LOS ANGELES, Calif. — A new study on gun ownership and attitudes conducted by the Williams Institute at the University of California, Los Angeles School of Law reports that LGB adults are about half as likely to have guns at home compared to those who are straight.
An estimated 18.8 percent of lesbian, gay, and bisexual (LGB) adults in the U.S. have guns in their home, compared to 35.1 percent of heterosexuals, the study showed. Researchers also found that LGB adults are more likely than heterosexuals to support gun control measures, such as background checks.
Key findings were: Controlling for age, race and regional distribution, straight men were more likely to have guns in the home than gay and bisexual men; among LGB adults, women and men had comparable rates of guns in the home (19.9 percent and 17.3 percent respectively); among both LGB and straight adults, non-Hispanic whites were more likely to have a gun in their home than other races/ethnicities; LGB adults were somewhat more likely to favor laws that would require people to obtain a police permit before they could buy a gun compared to straight individuals (81.4 percent and 73.9 percent respectively); and among LGB adults, there is strong support for background checks (93.3 percent) and opposition to making it easier to obtain concealed weapon permits (72.3 percent).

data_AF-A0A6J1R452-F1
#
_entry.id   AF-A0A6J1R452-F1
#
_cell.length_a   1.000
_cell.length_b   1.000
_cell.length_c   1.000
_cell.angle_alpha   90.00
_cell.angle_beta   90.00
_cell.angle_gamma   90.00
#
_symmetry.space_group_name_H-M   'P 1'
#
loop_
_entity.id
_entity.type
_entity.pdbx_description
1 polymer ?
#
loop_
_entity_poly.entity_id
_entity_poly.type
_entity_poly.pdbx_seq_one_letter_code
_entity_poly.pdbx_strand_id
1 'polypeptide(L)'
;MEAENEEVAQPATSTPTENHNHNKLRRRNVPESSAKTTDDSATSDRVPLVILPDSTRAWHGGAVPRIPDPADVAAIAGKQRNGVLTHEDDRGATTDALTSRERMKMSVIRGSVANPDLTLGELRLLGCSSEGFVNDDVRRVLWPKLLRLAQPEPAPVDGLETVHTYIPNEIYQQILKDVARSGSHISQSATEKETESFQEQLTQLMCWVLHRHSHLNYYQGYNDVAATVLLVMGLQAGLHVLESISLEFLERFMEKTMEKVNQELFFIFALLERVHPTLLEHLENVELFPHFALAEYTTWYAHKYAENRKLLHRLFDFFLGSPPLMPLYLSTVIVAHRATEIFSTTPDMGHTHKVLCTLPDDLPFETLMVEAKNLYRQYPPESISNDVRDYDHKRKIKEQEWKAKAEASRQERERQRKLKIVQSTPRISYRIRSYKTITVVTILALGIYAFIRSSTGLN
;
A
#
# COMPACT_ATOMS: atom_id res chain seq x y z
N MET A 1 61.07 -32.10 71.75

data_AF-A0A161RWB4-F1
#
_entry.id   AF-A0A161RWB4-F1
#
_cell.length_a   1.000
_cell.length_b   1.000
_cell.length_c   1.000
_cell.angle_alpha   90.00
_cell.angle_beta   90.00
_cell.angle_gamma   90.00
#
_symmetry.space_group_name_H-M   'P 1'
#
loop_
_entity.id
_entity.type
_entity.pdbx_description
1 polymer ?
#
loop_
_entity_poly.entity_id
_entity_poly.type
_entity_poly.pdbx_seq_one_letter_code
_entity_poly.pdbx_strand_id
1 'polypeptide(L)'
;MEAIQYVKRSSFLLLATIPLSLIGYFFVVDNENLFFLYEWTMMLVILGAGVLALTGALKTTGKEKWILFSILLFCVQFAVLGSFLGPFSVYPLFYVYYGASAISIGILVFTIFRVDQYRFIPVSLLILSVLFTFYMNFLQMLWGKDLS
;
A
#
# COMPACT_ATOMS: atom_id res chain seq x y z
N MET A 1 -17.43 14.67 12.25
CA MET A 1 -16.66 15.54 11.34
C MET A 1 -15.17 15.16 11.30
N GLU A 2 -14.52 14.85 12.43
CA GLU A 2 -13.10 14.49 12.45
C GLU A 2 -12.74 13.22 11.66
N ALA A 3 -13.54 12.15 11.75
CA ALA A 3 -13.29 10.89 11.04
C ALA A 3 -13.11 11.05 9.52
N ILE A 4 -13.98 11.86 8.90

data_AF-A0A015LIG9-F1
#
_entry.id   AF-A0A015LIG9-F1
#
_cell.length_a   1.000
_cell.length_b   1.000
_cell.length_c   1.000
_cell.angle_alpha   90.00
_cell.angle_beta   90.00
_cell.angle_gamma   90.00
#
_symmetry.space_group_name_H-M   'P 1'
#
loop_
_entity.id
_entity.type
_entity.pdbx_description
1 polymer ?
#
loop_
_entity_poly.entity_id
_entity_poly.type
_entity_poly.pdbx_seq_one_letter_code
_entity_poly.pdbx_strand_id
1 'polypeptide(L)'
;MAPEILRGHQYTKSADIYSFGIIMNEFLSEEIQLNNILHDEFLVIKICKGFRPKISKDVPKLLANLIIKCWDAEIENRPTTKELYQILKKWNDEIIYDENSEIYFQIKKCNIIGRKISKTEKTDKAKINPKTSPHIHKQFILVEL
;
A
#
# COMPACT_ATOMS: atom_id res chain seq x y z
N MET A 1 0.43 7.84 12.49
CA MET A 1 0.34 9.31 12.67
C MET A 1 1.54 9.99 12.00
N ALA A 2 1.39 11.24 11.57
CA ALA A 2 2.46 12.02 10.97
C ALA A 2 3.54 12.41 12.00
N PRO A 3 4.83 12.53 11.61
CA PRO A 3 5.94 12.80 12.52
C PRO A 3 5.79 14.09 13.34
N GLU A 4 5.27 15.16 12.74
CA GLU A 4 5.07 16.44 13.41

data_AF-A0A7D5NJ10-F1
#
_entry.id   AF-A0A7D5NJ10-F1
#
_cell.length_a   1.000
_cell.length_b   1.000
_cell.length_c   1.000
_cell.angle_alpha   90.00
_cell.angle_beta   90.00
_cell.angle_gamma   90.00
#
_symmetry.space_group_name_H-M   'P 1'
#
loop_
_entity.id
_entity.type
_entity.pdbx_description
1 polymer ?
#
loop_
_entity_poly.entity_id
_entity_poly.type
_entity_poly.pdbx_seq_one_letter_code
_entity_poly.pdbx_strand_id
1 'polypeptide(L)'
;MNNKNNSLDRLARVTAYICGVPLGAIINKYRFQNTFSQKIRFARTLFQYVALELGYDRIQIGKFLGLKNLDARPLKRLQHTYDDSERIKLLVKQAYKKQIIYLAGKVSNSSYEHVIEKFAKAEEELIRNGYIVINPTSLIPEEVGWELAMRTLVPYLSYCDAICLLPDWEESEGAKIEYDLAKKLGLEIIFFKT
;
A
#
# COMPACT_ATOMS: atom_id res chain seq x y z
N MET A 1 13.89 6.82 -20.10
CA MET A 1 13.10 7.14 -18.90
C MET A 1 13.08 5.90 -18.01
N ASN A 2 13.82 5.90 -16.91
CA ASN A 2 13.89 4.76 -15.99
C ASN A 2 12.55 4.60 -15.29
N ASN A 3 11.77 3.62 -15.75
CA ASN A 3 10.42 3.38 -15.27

“Gun violence is a major public health concern, and violence against LGBT people is all too common. But we know little from a research perspective about how guns are used against and by LGBT people,” said study co-author Adam P. Romero, director of Legal Scholarship and Federal Policy at the Williams Institute. “Given high rates of suicide attempts among LGBT people, comparable rates of intimate partner violence, and elevated risk of other interpersonal violence, it is critical to gather more data about the extent to which guns are present at these moments.” “The report finds that LGB people have fewer guns in the home, and from a harm-reduction standpoint, when there is less access to guns, the risk of death by suicide and homicide decrease,” said Brian Malte, executive director of the Hope and Heal Fund, which funded the study. “Yet, there is a dearth of information on how gun violence affects LGBT people. We are excited to learn more about how to fill these gaps in knowledge through this important project.”
More information about the study is available online.